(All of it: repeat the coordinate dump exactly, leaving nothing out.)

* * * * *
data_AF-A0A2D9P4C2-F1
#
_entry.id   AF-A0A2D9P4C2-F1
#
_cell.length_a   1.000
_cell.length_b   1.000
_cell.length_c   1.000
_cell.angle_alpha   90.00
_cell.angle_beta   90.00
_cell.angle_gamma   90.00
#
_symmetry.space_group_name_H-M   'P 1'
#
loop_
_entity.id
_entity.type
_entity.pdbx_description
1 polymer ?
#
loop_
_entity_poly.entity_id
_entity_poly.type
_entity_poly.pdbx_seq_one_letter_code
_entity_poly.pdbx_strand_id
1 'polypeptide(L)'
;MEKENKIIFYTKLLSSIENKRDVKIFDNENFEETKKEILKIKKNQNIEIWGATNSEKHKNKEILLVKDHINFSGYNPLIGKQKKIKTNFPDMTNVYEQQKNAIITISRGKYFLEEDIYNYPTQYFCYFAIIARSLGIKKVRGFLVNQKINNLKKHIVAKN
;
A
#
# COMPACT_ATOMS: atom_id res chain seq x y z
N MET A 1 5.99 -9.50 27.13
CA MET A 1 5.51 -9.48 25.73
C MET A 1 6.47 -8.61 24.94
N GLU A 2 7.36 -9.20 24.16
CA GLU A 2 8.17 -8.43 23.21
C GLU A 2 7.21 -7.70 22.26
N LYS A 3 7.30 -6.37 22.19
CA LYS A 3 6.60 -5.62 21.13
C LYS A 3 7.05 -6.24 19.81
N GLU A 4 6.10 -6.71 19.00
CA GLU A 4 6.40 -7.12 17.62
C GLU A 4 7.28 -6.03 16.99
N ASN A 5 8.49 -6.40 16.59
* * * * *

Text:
data_AF-A0A2D9P4C2-F1
#
_entry.id   AF-A0A2D9P4C2-F1
#
_cell.length_a   1.000
_cell.length_b   1.000
_cell.length_c   1.000
_cell.angle_alpha   90.00
_cell.angle_beta   90.00
_cell.angle_gamma   90.00
#
_symmetry.space_group_name_H-M   'P 1'
#
loop_
_entity.id
_entity.type
_entity.pdbx_description
1 polymer ?
#
loop_
_entity_poly.entity_id
_entity_poly.type
_entity_poly.pdbx_seq_one_letter_code
_entity_poly.pdbx_strand_id
1 'polypeptide(L)'
;MEKENKIIFYTKLLSSIENKRDVKIFDNENFEETKKEILKIKKNQNIEIWGATNSEKHKNKEILLVKDHINFSGYNPLIGKQKKIKTNFPDMTNVYEQQKNAIITISRGKYFLEEDIYNYPTQYFCYFAIIARSLGIKKVRGFLVNQKINNLKKHIVAKN
;
A
#
# COMPACT_ATOMS: atom_id res chain seq x y z
N MET A 1 5.99 -9.50 27.13
CA MET A 1 5.51 -9.48 25.73
C MET A 1 6.47 -8.61 24.94
N GLU A 2 7.36 -9.20 24.16
CA GLU A 2 8.17 -8.43 23.21
C GLU A 2 7.21 -7.70 22.26
N LYS A 3 7.30 -6.37 22.19
CA LYS A 3 6.60 -5.62 21.13
C LYS A 3 7.05 -6.24 19.81
N GLU A 4 6.10 -6.71 19.00
CA GLU A 4 6.40 -7.12 17.62
C GLU A 4 7.28 -6.03 16.99
N ASN A 5 8.49 -6.40 16.59